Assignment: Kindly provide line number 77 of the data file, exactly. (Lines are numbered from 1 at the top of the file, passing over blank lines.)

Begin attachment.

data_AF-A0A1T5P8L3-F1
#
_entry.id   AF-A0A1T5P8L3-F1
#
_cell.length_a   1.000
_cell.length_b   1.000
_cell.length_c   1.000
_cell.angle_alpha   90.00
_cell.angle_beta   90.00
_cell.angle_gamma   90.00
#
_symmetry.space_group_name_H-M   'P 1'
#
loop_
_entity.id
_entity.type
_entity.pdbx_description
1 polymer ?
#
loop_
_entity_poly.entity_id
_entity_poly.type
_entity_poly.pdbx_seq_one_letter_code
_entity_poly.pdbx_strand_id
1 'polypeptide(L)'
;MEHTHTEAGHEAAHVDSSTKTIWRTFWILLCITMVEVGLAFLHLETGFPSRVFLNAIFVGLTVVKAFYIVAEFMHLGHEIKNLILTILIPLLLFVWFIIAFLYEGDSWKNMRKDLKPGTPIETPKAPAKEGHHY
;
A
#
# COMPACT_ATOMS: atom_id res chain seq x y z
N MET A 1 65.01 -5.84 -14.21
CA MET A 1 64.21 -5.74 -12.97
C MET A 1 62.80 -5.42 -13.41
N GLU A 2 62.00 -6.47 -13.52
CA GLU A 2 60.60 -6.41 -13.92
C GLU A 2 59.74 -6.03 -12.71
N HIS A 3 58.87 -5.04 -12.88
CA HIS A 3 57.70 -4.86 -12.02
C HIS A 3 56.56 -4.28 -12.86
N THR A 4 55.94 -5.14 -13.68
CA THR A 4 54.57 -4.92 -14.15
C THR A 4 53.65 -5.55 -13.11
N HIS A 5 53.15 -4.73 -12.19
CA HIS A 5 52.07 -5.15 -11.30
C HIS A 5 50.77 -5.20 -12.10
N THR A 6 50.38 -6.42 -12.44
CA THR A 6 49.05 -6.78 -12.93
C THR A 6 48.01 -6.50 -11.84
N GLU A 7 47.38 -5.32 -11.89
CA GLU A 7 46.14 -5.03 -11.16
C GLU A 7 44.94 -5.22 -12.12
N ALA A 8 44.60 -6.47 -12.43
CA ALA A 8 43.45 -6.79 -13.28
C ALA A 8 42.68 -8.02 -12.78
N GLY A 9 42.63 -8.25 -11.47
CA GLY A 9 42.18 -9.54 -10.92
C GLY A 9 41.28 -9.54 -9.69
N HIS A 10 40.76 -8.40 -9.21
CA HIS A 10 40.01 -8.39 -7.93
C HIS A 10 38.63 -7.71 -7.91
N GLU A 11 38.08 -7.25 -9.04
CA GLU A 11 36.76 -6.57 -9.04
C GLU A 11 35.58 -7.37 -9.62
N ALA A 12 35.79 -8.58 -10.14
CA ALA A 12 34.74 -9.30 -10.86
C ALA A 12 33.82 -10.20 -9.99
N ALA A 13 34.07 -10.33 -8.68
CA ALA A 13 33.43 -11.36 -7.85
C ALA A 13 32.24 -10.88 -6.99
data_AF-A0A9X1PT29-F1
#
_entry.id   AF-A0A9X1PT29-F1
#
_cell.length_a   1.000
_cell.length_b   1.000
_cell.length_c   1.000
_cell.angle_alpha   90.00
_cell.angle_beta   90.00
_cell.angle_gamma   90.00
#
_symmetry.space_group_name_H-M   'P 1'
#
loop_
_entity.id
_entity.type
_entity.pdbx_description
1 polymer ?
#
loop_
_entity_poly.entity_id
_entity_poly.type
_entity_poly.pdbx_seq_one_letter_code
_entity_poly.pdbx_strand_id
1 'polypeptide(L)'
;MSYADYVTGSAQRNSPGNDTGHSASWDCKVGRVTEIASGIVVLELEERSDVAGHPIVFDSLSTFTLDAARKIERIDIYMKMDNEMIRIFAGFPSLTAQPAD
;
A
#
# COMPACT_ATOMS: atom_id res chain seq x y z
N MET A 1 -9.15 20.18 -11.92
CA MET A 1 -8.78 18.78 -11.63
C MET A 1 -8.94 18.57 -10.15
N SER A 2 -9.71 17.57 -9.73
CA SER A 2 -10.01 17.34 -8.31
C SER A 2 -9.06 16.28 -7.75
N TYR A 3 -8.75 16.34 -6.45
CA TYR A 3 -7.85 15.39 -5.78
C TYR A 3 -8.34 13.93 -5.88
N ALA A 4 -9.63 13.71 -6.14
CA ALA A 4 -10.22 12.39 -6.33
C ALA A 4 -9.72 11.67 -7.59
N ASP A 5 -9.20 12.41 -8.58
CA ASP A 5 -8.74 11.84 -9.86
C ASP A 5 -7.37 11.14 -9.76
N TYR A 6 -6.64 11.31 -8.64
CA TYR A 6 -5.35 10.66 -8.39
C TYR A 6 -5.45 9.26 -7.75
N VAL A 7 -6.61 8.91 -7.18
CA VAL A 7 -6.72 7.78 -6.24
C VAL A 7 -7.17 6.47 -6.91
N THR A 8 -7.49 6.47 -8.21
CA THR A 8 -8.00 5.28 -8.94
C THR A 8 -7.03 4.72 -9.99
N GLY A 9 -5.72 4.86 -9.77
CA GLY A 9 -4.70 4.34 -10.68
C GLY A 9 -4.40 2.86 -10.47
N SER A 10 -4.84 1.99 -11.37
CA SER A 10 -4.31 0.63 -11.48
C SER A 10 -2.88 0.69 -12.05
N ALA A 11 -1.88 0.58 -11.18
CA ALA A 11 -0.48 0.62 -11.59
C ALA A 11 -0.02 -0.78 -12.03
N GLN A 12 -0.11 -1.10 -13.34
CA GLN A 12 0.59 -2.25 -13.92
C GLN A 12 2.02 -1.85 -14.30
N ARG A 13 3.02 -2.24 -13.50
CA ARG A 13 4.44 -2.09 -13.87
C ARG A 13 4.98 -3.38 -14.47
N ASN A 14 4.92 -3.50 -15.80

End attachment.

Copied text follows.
_cell.angle_alpha   90.00